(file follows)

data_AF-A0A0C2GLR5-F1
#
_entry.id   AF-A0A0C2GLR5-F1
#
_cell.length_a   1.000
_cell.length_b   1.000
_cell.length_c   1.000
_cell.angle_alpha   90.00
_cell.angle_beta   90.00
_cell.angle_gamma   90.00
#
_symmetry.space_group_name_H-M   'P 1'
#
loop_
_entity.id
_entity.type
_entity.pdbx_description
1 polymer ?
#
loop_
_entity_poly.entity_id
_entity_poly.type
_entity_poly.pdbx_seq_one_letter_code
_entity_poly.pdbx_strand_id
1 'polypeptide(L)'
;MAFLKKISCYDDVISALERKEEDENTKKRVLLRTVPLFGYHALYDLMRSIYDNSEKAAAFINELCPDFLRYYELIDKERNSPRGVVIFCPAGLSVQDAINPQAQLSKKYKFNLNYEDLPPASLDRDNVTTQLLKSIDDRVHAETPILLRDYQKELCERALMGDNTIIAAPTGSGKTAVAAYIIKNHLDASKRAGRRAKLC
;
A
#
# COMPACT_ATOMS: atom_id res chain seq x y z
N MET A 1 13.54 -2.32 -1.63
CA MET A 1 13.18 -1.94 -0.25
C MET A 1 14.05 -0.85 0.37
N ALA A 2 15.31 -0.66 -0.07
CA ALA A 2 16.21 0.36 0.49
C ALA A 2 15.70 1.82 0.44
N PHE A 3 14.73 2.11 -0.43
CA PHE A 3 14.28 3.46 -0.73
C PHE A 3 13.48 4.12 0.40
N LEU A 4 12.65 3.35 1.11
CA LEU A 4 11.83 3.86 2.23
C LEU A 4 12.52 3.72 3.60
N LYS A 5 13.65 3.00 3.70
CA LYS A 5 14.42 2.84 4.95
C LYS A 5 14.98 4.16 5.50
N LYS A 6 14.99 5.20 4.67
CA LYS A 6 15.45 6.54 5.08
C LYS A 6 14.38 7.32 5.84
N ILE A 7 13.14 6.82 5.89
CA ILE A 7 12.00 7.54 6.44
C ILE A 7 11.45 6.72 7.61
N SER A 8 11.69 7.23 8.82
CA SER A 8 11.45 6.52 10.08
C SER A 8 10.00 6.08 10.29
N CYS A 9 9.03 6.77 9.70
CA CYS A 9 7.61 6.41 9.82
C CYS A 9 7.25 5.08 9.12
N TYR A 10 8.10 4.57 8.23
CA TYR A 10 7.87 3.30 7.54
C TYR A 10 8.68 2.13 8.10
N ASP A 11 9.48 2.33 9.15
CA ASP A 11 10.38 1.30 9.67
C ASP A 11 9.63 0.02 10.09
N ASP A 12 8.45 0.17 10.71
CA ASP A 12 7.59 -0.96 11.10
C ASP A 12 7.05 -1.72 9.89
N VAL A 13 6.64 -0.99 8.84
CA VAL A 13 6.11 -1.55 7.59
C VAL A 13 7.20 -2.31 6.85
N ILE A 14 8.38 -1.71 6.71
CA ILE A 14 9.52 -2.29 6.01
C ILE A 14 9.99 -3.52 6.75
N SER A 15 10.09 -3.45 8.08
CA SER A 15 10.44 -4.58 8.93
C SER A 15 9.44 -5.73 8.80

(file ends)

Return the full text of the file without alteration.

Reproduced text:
data_AF-A0A0C2GLR5-F1
#
_entry.id   AF-A0A0C2GLR5-F1
#
_cell.length_a   1.000
_cell.length_b   1.000
_cell.length_c   1.000
_cell.angle_alpha   90.00
_cell.angle_beta   90.00
_cell.angle_gamma   90.00
#
_symmetry.space_group_name_H-M   'P 1'
#
loop_
_entity.id
_entity.type
_entity.pdbx_description
1 polymer ?
#
loop_
_entity_poly.entity_id
_entity_poly.type
_entity_poly.pdbx_seq_one_letter_code
_entity_poly.pdbx_strand_id
1 'polypeptide(L)'
;MAFLKKISCYDDVISALERKEEDENTKKRVLLRTVPLFGYHALYDLMRSIYDNSEKAAAFINELCPDFLRYYELIDKERNSPRGVVIFCPAGLSVQDAINPQAQLSKKYKFNLNYEDLPPASLDRDNVTTQLLKSIDDRVHAETPILLRDYQKELCERALMGDNTIIAAPTGSGKTAVAAYIIKNHLDASKRAGRRAKLC
;
A
#
# COMPACT_ATOMS: atom_id res chain seq x y z
N MET A 1 13.54 -2.32 -1.63
CA MET A 1 13.18 -1.94 -0.25
C MET A 1 14.05 -0.85 0.37
N ALA A 2 15.31 -0.66 -0.07
CA ALA A 2 16.21 0.36 0.49
C ALA A 2 15.70 1.82 0.44
N PHE A 3 14.73 2.11 -0.43
CA PHE A 3 14.28 3.46 -0.73
C PHE A 3 13.48 4.12 0.40
N LEU A 4 12.65 3.35 1.11
CA LEU A 4 11.83 3.86 2.23
C LEU A 4 12.52 3.72 3.60
N LYS A 5 13.65 3.00 3.70
CA LYS A 5 14.42 2.84 4.95
C LYS A 5 14.98 4.16 5.50
N LYS A 6 14.99 5.20 4.67
CA LYS A 6 15.45 6.54 5.08
C LYS A 6 14.38 7.32 5.84
N ILE A 7 13.14 6.82 5.89
CA ILE A 7 12.00 7.54 6.44
C ILE A 7 11.45 6.72 7.61
N SER A 8 11.69 7.23 8.82
CA SER A 8 11.45 6.52 10.08
C SER A 8 10.00 6.08 10.29
N CYS A 9 9.03 6.77 9.70
CA CYS A 9 7.61 6.41 9.82
C CYS A 9 7.25 5.08 9.12
N TYR A 10 8.10 4.57 8.23
CA TYR A 10 7.87 3.30 7.54
C TYR A 10 8.68 2.13 8.10
N ASP A 11 9.48 2.33 9.15
CA ASP A 11 10.38 1.30 9.67
C ASP A 11 9.63 0.02 10.09
N ASP A 12 8.45 0.17 10.71
CA ASP A 12 7.59 -0.96 11.10
C ASP A 12 7.05 -1.72 9.89
N VAL A 13 6.64 -0.99 8.84
CA VAL A 13 6.11 -1.55 7.59
C VAL A 13 7.20 -2.31 6.85
N ILE A 14 8.38 -1.71 6.71
CA ILE A 14 9.52 -2.29 6.01
C ILE A 14 9.99 -3.52 6.75
N SER A 15 10.09 -3.45 8.08
CA SER A 15 10.44 -4.58 8.93
C SER A 15 9.44 -5.73 8.80